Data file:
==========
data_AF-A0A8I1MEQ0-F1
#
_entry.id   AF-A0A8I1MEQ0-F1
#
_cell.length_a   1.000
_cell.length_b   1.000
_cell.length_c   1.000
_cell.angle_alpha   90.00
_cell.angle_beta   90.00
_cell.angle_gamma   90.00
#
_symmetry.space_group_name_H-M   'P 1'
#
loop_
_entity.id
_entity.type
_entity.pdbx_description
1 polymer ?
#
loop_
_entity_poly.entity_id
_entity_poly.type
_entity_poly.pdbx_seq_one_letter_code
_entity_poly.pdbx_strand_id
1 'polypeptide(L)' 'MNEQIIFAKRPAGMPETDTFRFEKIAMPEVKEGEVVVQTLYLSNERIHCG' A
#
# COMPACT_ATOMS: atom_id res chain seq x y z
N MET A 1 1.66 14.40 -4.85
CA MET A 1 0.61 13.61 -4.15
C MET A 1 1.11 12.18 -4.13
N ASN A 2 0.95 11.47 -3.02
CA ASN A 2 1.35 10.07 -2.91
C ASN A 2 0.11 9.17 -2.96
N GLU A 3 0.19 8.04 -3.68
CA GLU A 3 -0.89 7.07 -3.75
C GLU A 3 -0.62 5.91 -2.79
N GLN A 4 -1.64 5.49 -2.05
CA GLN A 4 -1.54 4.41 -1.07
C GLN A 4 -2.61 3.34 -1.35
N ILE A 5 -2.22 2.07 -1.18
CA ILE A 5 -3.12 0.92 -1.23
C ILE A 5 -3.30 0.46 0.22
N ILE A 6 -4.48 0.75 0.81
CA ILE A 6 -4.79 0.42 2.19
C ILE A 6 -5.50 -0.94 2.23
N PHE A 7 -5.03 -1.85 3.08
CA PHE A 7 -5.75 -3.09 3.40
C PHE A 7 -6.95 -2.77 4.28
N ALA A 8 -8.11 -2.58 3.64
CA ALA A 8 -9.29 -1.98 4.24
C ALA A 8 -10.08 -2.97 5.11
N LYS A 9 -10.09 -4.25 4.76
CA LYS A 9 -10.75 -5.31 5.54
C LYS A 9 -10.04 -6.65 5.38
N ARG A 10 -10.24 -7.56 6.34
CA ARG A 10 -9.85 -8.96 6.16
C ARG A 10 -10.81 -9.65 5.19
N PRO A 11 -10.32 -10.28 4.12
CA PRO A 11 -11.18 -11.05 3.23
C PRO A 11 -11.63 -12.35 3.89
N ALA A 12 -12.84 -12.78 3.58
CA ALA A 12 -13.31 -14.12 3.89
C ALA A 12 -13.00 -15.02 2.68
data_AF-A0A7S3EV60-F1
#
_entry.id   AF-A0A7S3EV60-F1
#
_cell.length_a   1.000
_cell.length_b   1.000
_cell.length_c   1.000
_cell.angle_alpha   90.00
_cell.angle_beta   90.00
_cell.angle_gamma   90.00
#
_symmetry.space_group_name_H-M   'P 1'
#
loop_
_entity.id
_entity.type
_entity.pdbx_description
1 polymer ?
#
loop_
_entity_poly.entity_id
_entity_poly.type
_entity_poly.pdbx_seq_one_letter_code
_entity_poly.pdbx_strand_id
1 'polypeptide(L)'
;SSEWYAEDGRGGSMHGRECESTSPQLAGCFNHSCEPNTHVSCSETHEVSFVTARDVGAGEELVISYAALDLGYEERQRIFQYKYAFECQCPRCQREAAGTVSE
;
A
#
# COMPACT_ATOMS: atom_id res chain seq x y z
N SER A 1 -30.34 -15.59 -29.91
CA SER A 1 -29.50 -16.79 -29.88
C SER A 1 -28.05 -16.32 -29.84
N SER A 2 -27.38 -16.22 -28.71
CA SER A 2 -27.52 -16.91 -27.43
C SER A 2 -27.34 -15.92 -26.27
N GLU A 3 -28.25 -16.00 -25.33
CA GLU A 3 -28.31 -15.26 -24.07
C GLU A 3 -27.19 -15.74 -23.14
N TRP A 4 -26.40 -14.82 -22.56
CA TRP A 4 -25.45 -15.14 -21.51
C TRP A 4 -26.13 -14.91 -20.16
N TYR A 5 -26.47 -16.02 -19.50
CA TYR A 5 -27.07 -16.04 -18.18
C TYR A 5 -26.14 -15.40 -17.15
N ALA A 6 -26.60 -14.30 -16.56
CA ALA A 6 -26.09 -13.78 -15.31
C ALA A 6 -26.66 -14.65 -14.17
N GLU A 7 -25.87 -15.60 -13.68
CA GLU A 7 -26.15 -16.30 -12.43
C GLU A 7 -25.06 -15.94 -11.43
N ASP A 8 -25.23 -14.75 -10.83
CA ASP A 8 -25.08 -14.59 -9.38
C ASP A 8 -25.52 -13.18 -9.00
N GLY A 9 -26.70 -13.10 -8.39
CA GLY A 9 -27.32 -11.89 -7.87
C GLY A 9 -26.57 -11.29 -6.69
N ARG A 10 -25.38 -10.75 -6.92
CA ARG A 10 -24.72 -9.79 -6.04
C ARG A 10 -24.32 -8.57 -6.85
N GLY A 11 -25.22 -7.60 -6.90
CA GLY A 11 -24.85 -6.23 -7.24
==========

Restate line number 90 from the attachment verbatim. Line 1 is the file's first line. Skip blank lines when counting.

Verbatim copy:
;